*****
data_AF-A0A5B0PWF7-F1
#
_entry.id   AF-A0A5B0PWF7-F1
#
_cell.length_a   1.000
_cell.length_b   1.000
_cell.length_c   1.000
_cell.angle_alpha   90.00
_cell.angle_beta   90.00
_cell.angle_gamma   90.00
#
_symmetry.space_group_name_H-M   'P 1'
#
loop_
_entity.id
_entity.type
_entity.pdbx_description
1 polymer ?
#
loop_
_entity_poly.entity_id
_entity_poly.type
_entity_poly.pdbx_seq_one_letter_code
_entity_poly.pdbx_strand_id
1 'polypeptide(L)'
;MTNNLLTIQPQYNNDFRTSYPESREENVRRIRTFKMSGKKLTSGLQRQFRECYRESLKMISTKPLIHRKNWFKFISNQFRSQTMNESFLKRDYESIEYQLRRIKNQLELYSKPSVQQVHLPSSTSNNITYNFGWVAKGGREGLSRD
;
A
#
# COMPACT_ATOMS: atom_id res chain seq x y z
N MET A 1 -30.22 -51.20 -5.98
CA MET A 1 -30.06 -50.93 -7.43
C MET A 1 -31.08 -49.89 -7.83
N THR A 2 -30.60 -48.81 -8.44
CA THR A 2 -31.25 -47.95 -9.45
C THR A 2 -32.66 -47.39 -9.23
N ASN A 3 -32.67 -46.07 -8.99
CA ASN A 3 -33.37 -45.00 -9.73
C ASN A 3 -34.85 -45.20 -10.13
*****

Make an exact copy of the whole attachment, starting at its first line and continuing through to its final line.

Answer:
data_AF-A0A5B0PWF7-F1
#
_entry.id   AF-A0A5B0PWF7-F1
#
_cell.length_a   1.000
_cell.length_b   1.000
_cell.length_c   1.000
_cell.angle_alpha   90.00
_cell.angle_beta   90.00
_cell.angle_gamma   90.00
#
_symmetry.space_group_name_H-M   'P 1'
#
loop_
_entity.id
_entity.type
_entity.pdbx_description
1 polymer ?
#
loop_
_entity_poly.entity_id
_entity_poly.type
_entity_poly.pdbx_seq_one_letter_code
_entity_poly.pdbx_strand_id
1 'polypeptide(L)'
;MTNNLLTIQPQYNNDFRTSYPESREENVRRIRTFKMSGKKLTSGLQRQFRECYRESLKMISTKPLIHRKNWFKFISNQFRSQTMNESFLKRDYESIEYQLRRIKNQLELYSKPSVQQVHLPSSTSNNITYNFGWVAKGGREGLSRD
;
A
#
# COMPACT_ATOMS: atom_id res chain seq x y z
N MET A 1 -30.22 -51.20 -5.98
CA MET A 1 -30.06 -50.93 -7.43
C MET A 1 -31.08 -49.89 -7.83
N THR A 2 -30.60 -48.81 -8.44
CA THR A 2 -31.25 -47.95 -9.45
C THR A 2 -32.66 -47.39 -9.23
N ASN A 3 -32.67 -46.07 -8.99
CA ASN A 3 -33.37 -45.00 -9.73
C ASN A 3 -34.85 -45.20 -10.13